Atemco, designer and manufacturer of modular buildings

Founded in 1831 in the Musidan, Atemco was one of the first in France at the time to specialize in metal and modular construction (assembly of site cabins, editor’s note). In order to renew itself, the company decided to develop modular architectures for housing or offices. Products that are more expensive to manufacture and more difficult to customize. With the 2008 economic crisis, the construction site slums sector collapsed and the architecture sector did not produce tangible results. Placed in receivership by the Commercial Court of PĂ©rigaux in 2011, Atemco decided to cut twenty-three of the sixty-five positions. The CEO of OBM Construction (a general company for the manufacture of industrial lumber, editor’s note), Francis Leure, decided to buy the company that same year. He modernized it by refurbishing production lines and equipment, replacing obsolete machines. A strategy that has worked since raising turnover to 8.5 million euros in 2017.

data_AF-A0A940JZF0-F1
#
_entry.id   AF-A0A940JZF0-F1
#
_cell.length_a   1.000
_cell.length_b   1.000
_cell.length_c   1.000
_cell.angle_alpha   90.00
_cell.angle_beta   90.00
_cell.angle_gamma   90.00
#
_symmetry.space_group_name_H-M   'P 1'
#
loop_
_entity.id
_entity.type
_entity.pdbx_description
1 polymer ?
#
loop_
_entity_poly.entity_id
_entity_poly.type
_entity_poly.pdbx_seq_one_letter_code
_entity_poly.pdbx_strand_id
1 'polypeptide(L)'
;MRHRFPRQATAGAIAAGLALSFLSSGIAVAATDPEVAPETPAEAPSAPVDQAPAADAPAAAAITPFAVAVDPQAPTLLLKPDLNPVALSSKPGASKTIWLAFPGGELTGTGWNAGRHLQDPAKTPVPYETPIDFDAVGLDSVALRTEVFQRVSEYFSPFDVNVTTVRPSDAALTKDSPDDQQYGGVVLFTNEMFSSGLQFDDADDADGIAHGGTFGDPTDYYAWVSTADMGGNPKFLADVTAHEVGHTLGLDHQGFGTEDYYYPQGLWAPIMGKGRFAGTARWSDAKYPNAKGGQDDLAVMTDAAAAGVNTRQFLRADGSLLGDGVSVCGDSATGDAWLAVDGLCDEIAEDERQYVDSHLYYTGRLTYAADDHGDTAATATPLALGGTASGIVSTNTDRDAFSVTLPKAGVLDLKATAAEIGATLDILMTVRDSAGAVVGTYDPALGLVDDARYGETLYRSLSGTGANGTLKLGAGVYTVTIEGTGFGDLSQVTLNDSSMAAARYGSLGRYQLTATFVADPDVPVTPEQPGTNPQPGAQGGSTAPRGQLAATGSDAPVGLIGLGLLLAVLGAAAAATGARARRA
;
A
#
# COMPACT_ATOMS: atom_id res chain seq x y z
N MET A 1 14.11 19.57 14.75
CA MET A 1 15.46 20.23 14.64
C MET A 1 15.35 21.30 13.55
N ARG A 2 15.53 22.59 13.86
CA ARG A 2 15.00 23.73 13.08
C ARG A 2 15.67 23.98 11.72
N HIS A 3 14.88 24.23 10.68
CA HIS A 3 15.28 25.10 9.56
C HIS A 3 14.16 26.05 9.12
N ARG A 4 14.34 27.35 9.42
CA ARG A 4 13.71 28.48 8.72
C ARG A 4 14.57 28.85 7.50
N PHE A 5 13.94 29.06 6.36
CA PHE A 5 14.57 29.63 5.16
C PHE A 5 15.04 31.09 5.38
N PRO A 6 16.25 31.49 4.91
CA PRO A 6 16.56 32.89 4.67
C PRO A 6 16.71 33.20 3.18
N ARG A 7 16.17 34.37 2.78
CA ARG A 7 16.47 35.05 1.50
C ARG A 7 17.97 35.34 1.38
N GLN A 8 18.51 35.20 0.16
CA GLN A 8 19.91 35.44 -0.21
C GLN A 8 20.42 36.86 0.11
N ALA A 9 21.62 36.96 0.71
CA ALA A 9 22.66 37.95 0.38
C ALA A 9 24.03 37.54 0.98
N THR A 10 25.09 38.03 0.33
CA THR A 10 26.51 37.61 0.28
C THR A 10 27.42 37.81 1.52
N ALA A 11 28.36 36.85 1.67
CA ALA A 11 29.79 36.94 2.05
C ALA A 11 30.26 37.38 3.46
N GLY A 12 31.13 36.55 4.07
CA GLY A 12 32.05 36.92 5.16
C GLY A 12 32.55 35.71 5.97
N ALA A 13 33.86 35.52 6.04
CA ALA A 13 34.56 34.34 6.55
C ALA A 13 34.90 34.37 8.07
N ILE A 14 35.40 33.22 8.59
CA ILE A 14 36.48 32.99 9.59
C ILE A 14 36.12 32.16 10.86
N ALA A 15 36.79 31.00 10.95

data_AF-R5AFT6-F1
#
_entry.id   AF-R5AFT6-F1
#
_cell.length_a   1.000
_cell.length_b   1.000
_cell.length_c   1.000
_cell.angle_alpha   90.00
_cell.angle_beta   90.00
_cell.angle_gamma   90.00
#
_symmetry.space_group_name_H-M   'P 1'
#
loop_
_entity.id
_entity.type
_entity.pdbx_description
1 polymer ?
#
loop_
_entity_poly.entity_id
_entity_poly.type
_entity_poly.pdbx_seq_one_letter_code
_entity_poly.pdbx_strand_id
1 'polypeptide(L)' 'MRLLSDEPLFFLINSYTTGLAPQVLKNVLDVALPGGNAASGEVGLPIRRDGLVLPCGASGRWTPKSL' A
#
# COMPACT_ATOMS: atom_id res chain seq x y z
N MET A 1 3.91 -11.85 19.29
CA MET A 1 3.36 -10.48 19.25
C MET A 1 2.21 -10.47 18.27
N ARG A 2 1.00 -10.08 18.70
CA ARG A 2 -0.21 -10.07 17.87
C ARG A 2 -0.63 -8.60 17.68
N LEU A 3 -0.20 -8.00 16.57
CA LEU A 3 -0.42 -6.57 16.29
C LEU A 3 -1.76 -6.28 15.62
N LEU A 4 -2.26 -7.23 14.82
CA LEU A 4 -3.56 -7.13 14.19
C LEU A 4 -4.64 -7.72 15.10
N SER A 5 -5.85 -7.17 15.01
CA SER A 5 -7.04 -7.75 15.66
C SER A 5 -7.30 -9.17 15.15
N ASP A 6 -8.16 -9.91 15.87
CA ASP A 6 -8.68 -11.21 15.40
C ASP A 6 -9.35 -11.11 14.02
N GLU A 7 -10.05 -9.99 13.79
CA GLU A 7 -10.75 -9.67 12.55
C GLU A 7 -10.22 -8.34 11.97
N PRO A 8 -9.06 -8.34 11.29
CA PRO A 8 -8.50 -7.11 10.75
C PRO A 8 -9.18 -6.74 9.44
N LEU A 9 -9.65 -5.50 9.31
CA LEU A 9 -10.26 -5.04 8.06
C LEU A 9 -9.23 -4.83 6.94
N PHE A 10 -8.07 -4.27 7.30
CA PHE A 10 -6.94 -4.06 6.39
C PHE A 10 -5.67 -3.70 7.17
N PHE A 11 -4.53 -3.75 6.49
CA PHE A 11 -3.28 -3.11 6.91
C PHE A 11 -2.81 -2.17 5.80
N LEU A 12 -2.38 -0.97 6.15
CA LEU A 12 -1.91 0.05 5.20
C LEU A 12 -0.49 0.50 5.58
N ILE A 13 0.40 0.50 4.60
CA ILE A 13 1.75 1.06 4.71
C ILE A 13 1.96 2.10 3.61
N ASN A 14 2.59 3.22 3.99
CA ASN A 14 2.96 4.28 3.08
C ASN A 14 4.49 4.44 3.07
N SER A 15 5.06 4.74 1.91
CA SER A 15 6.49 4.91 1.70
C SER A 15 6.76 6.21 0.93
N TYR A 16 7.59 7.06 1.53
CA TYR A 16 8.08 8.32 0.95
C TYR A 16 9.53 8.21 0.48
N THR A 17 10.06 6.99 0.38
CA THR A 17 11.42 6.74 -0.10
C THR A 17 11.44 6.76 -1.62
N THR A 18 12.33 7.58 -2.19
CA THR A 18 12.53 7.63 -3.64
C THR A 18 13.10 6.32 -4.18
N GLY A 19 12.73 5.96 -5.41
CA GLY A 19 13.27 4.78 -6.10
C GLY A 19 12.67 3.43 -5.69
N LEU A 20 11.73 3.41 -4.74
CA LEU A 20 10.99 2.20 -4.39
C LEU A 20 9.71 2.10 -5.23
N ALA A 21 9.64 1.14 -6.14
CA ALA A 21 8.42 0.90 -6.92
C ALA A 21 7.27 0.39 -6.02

La Tremevoise, an industrial crperie company

Gildas Salvar created Tremaven in 1976, a small industrial crperie company named La Tremavenois, in his garage. In 1986, along with his wife, the entrepreneur decided to buy land to develop his structure. As development progressed, the firm’s surface area increased to 1,800 square meters. In 2006, the Salwar couple sold their business to Jean-Luc Pellant to retire. At that time, the establishment still had 18 employees. The company eventually found itself in receivership in February 2011 and a debt clearance plan was implemented. The liquidation was decided in December 2017, while nine people on permanent contracts and some temporary workers were still employed there. The reason is the increase in the price of butter and eggs. The staff decide to call back Gildas Salwar to help them out and take over the reins of the Creperie. The 64-year-old retiree receives funding from his field, from the community community of Quimperley Country, and from Initiative Cornouille, a collaborative network of funding for business creators. And since March 2018, he’s back on the road delivering pancakes to these 150 customers. With the aim of restarting your business.

Buyers facing companies in trouble or on the verge of bankruptcy sometimes have gold on their hands, but that’s not all. Future leaders prepare for the challenge by analyzing their motivations, their objectives as well as their strengths and weaknesses. With a market that is difficult to reach, they must build personal and professional networks and sometimes even funding to achieve their goals. Transition period is essential for handling a business. And to get off to a good start, managers must reassure employees, meet with customers, and make delicate financial and commercial decisions.